But as I predicted last year, Google has integrated Social Search results into the main results, and is likely making Tweets and other social signal data part of their algorithm, starting with Real Time Search.

But there’s a lot you can learn just from the Social Circle Google has discovered for you from how you fill out your Google Profile.

For example, if you’re connected to someone on Twitter, and you can’t figure out which LinkedIn profile belongs to them due to a common name, Google Social Circle can help with that.

Each person/entity is grouped with the social links that they’ve decided to make public on their Google Profile. True, you can also find this by searching the Google Profile directory, but if you’re looking for several people at a time, this is a heaven sent time saver.

You can also spot trends of what sites you’re not on that are becoming hot, or figure out which service your friend is using that has the least noise, and thus, the highest chance of contact. The secondary connections section will also help you find new people to connect to in your favorite social media site.

7- Google Map Maker
http://maps.google.com/maps/mapmaker/

Getting Started Guide
http://www.google.com/mapmaker/mapfiles/s/support.html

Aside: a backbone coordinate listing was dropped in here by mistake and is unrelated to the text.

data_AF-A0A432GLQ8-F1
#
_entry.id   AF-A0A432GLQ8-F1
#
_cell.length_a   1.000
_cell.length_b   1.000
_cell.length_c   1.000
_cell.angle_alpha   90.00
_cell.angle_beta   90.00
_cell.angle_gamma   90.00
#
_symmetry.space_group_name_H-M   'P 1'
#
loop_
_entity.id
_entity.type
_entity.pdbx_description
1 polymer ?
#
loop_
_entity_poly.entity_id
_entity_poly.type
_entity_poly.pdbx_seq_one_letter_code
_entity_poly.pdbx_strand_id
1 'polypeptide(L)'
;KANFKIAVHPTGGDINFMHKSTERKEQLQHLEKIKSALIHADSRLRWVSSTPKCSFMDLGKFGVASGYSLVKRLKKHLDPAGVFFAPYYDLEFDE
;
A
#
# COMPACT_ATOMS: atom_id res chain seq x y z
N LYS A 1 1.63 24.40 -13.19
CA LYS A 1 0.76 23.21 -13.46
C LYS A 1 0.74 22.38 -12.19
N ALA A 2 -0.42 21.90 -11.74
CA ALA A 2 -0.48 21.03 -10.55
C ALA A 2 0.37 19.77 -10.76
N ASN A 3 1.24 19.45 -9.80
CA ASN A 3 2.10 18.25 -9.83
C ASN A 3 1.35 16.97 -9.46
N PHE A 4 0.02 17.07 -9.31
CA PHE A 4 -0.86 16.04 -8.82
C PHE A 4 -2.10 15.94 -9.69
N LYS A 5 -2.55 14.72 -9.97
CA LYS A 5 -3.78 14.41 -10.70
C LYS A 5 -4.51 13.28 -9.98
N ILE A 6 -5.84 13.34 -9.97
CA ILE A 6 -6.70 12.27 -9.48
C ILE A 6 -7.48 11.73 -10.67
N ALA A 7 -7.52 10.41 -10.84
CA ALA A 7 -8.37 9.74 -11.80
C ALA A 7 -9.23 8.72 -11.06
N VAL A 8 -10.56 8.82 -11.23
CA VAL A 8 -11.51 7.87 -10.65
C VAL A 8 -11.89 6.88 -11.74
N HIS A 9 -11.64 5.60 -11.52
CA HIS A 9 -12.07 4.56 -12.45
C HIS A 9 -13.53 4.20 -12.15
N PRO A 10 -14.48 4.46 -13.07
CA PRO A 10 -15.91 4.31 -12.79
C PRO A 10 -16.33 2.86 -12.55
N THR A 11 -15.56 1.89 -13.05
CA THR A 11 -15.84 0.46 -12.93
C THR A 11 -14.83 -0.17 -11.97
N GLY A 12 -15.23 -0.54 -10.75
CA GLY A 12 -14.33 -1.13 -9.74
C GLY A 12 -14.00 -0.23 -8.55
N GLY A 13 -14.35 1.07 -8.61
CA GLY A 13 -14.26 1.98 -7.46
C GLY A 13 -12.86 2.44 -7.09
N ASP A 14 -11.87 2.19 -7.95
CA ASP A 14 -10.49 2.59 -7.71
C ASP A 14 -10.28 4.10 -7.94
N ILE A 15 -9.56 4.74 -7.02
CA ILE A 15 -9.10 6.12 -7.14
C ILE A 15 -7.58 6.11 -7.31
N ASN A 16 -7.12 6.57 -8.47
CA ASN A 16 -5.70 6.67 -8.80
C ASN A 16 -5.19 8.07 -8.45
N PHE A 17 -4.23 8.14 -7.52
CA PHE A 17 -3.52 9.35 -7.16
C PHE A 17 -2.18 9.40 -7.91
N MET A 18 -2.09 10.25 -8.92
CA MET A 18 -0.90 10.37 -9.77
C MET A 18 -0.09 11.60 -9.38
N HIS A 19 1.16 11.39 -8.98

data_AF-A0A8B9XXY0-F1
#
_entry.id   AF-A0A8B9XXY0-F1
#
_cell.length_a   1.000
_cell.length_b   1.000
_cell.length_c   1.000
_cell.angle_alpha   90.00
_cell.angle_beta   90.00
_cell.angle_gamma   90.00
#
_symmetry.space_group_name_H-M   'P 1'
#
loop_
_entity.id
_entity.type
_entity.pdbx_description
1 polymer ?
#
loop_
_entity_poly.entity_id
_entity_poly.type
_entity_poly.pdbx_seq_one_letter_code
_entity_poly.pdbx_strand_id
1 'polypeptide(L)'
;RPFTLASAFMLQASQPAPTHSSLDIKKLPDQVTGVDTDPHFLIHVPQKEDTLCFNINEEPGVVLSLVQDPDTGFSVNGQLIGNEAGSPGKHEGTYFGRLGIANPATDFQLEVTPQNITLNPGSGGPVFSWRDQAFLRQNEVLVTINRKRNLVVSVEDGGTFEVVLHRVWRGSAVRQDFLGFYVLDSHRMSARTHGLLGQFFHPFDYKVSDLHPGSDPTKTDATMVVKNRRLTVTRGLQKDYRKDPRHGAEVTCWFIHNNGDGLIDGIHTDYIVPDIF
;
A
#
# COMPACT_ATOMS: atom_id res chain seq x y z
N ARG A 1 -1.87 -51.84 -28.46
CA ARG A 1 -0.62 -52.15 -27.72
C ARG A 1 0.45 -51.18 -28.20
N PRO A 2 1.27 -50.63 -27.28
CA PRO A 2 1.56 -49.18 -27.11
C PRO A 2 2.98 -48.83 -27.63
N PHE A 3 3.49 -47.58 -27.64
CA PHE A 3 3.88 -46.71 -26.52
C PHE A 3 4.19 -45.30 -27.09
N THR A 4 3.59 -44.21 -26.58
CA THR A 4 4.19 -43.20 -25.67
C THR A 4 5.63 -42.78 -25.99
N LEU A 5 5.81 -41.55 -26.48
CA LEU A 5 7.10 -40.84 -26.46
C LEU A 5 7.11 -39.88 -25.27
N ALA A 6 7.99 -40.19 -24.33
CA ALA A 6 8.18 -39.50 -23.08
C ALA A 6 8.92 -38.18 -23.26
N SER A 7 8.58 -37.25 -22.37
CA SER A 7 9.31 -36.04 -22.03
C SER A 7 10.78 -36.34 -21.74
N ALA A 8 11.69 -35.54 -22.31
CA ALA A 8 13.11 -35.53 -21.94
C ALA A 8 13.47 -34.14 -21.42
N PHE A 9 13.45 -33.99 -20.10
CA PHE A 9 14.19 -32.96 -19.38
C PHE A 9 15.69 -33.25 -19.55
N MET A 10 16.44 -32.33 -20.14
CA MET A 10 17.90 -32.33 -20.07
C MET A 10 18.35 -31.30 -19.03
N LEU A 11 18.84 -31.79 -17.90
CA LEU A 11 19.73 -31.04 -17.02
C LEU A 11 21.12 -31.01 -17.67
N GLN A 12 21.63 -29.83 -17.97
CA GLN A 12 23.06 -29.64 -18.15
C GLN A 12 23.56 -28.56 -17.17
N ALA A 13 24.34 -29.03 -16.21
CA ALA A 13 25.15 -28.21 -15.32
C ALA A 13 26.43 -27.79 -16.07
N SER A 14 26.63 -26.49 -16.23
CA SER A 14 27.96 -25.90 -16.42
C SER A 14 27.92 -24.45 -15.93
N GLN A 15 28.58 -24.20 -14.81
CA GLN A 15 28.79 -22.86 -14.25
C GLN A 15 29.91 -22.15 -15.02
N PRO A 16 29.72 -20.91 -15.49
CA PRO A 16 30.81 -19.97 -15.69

I stumbled across this when I found out that my favorite nearby local park was not identified on Google Maps. From the “help page“,

Google Map Maker allows you to create a map by adding or editing features such as roads, businesses, parks, schools and more.

8- Add Google Maps to Your Site
http://maps.google.com/help/maps/getmaps/

You can add directions to your site, maps to points of interest nearby, or even plot many locations on a map.

9 – Google Insights for Search
http://www.google.com/insights/search/

Is your business seasonal? Does your favorite search term reflect this? Has the term  you targeted peaked? Are there other related terms you could attain rising in popularity? You can use Google Insights for Search to research all these things.

10 –  Google Trends for Websites
http://trends.google.com/websites
(Defaults to a Wikipedia search.)

This is useful to help find sites in the same family. It’s different from getting similar sites – one of the charts you’ll see is a list of sites that people who visit the site in question also visit.

You can also compare the popularity of two sites.

I’ll start putting up videos soon to help you get a better idea of how you can use these sites to help your business.